Over the past month I have been putting together materials to apply for professorships. Much like applying to college or graduate school, applying to jobs means updating your curriculum vitae, putting together statements summarizing your research and teaching experience, and gathering letters of recommendation to send out to hiring schools, all in time for a fall deadline that is fast approaching (gulp). This process is a bit stressful and comes with many questions and concerns (What type of school do I want to work at? Am I good enough? What am I going to do if I don’t get any interviews? What am I going to do if I DO get interviews?). One question that had never crossed my mind was “Might I be at a disadvantage because of my gender?” But then I read an article on gender differences in letters of recommendation in academia, and suddenly it was a salient question.
Growing up, being female never felt like a disadvantage. Both of my parents worked and maintained the household, I didn’t have any brothers to create comparisons, and I was in classes with smart motivated students of both genders. The year I entered college was the first year that there were more females in college than males. Gender comparisons just weren’t part of my everyday experience.
To be honest, I had little awareness that there could be any type of glass ceiling for me because of my gender. What does any of this have to do with applying for jobs? Well, in an attempt to prepare myself for job applications, I scoured the internet for helpful resources. One of the articles that I came across described research showing that letters of recommendation tend to highlight different traits for men and women, differences that is seems may actually put women at a disadvantage for getting the job.
What the authors found was that letter writers tend to use different adjectives when describing men and women, and the adjectives that are used more often for women may make them less hireable. Women, they found, are more often described in communal terms, terms such as helpful, kind, sympathetic, agreeable, interpersonal, warm. In contrast, men are more often described in agentic terms, terms such as assertive, ambitious, daring, outspoken, independent, intellectual. Professors who rated the hireability of hundreds of applicants based solely on their letters of recommendation tended to rate applicants as less hireable when they were described more often in communal terms (helpful, kind). Since women tend to be described this way, it puts them at a disadvantage. And for jobs in which communal traits are desirable (caregiving professions, for example), I could see men findings themselves at a disadvantage.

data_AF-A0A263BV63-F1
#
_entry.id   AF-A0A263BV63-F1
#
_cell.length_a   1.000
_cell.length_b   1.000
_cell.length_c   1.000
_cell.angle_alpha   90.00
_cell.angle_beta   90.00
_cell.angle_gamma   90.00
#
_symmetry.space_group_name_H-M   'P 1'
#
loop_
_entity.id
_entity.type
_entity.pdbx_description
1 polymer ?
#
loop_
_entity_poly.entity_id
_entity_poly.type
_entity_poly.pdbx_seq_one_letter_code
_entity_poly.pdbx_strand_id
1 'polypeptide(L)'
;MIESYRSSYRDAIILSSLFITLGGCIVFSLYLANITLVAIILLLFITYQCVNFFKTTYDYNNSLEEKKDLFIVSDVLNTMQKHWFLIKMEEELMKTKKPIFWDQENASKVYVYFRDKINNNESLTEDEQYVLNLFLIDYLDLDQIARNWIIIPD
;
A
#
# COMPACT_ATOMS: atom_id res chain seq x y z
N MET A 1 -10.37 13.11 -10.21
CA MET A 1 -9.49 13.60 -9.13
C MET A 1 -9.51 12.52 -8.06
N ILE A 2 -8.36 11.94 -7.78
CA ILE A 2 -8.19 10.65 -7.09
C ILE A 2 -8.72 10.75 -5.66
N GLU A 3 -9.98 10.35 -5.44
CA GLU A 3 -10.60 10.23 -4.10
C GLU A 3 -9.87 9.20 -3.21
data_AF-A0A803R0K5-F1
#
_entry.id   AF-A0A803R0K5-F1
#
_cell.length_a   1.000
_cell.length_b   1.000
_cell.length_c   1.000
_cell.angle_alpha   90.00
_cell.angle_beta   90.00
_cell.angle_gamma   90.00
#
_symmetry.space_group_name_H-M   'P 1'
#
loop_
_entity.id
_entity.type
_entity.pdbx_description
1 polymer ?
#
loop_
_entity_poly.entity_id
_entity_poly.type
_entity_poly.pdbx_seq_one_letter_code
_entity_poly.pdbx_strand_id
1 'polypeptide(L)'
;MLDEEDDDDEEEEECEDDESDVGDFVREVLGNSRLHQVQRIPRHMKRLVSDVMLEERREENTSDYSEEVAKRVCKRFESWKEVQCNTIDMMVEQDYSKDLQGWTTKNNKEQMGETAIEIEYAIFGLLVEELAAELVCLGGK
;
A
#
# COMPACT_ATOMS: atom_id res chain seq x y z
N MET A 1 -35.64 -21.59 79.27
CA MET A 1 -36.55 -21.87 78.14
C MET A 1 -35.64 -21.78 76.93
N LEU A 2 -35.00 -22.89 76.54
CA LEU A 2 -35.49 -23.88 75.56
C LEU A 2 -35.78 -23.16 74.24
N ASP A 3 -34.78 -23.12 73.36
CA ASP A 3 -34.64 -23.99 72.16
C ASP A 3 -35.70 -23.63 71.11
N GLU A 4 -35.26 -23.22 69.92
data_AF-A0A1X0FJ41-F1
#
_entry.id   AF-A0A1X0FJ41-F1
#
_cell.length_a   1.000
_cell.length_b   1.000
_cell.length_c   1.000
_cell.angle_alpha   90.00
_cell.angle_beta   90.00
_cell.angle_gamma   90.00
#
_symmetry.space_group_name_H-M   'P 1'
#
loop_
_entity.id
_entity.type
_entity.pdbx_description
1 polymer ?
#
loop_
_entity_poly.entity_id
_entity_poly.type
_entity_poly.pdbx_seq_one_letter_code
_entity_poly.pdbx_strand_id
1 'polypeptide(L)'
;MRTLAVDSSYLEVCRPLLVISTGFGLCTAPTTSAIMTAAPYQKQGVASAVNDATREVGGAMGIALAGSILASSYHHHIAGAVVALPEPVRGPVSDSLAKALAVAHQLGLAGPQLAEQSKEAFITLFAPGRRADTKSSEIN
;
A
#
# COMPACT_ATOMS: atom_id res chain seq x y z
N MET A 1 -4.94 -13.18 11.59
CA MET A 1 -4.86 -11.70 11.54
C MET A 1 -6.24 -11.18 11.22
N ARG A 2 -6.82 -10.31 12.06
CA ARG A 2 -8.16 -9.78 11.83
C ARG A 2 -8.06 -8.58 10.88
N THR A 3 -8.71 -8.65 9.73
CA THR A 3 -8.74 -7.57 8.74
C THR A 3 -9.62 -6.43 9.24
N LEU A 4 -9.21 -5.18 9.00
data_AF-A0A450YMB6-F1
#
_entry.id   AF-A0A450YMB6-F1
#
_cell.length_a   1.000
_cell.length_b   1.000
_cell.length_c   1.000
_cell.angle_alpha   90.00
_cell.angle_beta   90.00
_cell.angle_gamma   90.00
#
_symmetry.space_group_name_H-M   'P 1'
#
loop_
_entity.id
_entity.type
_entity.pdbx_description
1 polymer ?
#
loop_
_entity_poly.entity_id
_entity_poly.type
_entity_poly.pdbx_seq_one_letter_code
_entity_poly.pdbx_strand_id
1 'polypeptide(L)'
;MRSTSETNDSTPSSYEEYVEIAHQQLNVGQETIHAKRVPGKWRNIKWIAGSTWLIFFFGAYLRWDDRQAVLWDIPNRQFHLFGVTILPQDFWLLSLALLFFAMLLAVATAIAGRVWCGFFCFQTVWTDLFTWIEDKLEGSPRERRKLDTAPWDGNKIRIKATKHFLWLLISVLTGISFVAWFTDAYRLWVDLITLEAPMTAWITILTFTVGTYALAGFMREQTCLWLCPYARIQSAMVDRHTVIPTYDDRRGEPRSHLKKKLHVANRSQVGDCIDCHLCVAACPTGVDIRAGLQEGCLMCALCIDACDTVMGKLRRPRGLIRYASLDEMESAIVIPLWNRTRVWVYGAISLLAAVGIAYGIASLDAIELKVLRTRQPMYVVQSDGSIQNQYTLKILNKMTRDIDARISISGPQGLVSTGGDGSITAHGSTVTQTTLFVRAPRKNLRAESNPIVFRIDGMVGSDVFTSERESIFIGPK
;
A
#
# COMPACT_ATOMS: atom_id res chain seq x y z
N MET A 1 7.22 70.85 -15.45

I know that women are seen as more communal, so I had to think for a bit on why these findings were so surprising to me. I think it is because I imagine that everyone has the same goal when writing a letter of recommendation for a candidate – to show them in the best possible light. And I never considered that the “best light” would be different for men and women. So I wonder what is behind this difference. I doubt it is a conscious, strategic difference. Are women overwhelmingly more communal than men, and men more agentic, so these are the personality traits that spring to mind when writing letters? Are letter writers fulfilling some gender stereotype, believing that employers will want to hire women who are more communal and men who are more agentic, so these are the traits they choose to emphasize? I just keep coming back to the same point – it is the same job application with the same specification, so why would there be any difference? And if there are differences here, what other gender biases have I been missing throughout the years?
A final note: It turns out that the research was done on letters of recommendation written for applicants to psychology positions at a top research university (double gulp). I am not sure that there is a clear cut set of ideal traits for a psychology professor. I wonder if we would find these same gender differences in letters written for jobs in which the desired traits are very unambiguous (for example, corporate shark, social worker).
Even after writing this post, I still not quite sure what to make of these findings. I would love to hear what you readers think might be driving these effects!
Madera JM, Hebl MR, & Martin RC (2009). Gender and letters of recommendation for academia: agentic and communal differences. The Journal of applied psychology, 94 (6), 1591-9 PMID: 19916666
Cross-posted from Psych Your Mind, a UC graduate-student blog.